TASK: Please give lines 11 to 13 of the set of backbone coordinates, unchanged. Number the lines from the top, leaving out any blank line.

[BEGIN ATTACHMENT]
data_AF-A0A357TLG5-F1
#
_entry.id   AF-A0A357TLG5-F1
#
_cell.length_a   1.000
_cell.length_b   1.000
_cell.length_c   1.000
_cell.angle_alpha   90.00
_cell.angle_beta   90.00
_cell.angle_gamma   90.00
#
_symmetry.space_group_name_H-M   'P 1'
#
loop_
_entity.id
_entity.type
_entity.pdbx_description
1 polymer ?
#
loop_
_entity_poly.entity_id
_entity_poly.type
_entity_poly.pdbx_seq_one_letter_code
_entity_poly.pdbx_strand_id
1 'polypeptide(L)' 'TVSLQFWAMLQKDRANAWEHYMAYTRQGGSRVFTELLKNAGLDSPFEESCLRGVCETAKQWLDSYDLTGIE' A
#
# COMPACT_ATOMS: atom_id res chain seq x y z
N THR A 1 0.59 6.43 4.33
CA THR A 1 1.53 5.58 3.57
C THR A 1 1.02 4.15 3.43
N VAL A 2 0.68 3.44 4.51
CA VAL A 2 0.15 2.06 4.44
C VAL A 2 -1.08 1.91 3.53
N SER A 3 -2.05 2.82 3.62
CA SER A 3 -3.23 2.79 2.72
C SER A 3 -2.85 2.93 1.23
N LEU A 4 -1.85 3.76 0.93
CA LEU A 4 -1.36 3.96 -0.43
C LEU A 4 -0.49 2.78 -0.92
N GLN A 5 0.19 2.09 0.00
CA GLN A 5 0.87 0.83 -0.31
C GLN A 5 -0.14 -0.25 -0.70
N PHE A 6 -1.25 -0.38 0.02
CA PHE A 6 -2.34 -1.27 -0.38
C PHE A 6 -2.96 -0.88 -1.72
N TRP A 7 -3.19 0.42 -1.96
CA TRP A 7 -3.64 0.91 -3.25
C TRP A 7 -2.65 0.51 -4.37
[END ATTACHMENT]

#
_symmetry.space_group_name_H-M   'P 1'
#